Egg and Bacon PiesPosted: May 14, 2016 Filed under: Budget, Pastry, Puff Pastry, Shortcrust, Traditional 10 Comments
Sometimes the best-tasting food is also the simplest. This recipe was yet another from one of my many dusty W.I.pamphlets from the mid 20th century. It was so brief it barely qualified as a paragraph, let alone a recipe, so I’ve added some detail below to help things along. In essence, you can count the number of ingredients in this pie on one hand: pastry, egg, bacon, seasoning. The pie in the picture above also contains diced tomato, which I thought would add freshness; it did to a certain extent, but not to the degree I was hoping, and in fact, the ‘plain’ bacon and egg pie was tastier. Alas, my cross-section photo for this pie (see below) wasn’t as visually arresting as the one above, so I decided to lure you with the picture above, then set the record straight. You can choose whichever version appeals most.
Also, I’ve mentioned them before, but I just LOVE my small cake/tart tins I found at my local The Range (4 x 10cm diameter pans for £2.50). They have a small lip on the side, which makes them great for tarts or, in this case, for firmly attaching the pastry lids of pies. This is not a paid endorsement – I just think they are a bargain and am sharing.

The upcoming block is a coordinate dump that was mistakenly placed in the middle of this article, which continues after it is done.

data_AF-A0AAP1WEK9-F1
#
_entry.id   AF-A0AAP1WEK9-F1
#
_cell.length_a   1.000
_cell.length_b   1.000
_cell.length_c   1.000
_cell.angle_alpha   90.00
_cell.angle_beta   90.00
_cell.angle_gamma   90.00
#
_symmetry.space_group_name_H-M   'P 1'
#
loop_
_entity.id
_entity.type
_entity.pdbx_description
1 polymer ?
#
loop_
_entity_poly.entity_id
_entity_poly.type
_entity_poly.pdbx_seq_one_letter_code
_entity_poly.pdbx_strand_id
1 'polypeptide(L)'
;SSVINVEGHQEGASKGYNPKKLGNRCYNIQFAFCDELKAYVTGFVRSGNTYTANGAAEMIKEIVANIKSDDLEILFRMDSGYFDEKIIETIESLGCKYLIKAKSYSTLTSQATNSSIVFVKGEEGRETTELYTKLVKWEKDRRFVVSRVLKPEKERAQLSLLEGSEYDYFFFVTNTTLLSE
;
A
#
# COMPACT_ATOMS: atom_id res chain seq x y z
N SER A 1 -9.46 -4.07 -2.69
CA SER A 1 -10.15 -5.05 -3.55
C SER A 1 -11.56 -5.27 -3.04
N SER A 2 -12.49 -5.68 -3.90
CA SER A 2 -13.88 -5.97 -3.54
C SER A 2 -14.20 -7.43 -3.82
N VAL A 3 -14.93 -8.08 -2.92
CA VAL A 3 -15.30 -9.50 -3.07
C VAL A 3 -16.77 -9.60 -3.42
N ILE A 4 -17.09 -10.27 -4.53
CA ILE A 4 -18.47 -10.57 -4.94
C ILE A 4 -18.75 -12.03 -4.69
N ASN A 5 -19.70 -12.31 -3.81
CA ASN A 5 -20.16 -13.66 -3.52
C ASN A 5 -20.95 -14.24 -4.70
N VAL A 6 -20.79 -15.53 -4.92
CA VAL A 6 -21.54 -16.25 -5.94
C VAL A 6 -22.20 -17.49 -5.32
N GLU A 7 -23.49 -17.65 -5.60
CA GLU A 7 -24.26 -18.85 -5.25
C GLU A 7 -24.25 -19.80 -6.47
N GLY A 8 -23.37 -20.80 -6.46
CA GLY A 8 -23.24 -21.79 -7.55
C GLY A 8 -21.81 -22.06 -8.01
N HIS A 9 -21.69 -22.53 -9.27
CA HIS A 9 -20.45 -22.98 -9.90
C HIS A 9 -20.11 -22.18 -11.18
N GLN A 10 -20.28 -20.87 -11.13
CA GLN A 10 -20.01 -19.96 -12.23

You can be as pro-active or as lazy as you like with these pies – make everything from scratch or buy it in if you’re pressed for time. Personally, I like to hover, metaphorically, between the two: make the pastry for the base, but buy a sheet of ready rolled puff pastry for the top, onna count of life too short etc, etc. The cornflour shortcrust is dry and crisp, and the buttery, flaky, puff pastry is both delicious and a fantastic contrast. Once the pans are lined, sprinkle over a little cooked bacon, crack in a whole egg and add the lid and you’re done!
OK, yes, you should add a sprinkling of fresh parsley too.
And pepper. Of course pepper.
Well OBVIOUSLY crimping the edges is a good idea.
And yes, egg-yolk wash will give both colour and shine.
I’ll come in again.
Amongst our weaponry are such diverse elements as….
Oops! Wrong sketch.
Once the pans are lined, sprinkle over a little cooked bacon and some fresh parsley, season with black pepper, crack in a whole egg, a little more parsley and pepper, add the lid, crimp the pastry edges, wash over with beaten egg and you’re DONE!
The quantities are up to you and however many you’re catering for. The suggestions below are for 4 individual pies. Any excess pastry, of either sort, can be frozen for later, as can the cooked pies, for up to a month.
Bacon and Egg Pies
1 batch cornflour shortcrust – scroll down on this page
1 roll puff pastry
100g lean bacon
4 large eggs
4-6 tablespoons of chopped, fresh parsley
coarse-ground black pepper
4 tomatoes – skinned, de-seeded and diced finely – optional
1 large yolk – for glazing
- Pre-heat the oven to 200°C/180°C Fan.
- Roll out the shortcrust pastry to a thickness of 5mm.
- Grease and line your tart tins with the shortcrust pastry, making sure to ease the pastry into the bottom edge of the pan, not stretch it. Leave excess pastry hanging over the sides of the tin and chill in the fridge until required.
- Chop the bacon into small dice and cook until just done. No browning. Drain on kitchen roll.
- Remove pies from fridge.
- Scatter the bacon in the bottom of the pies.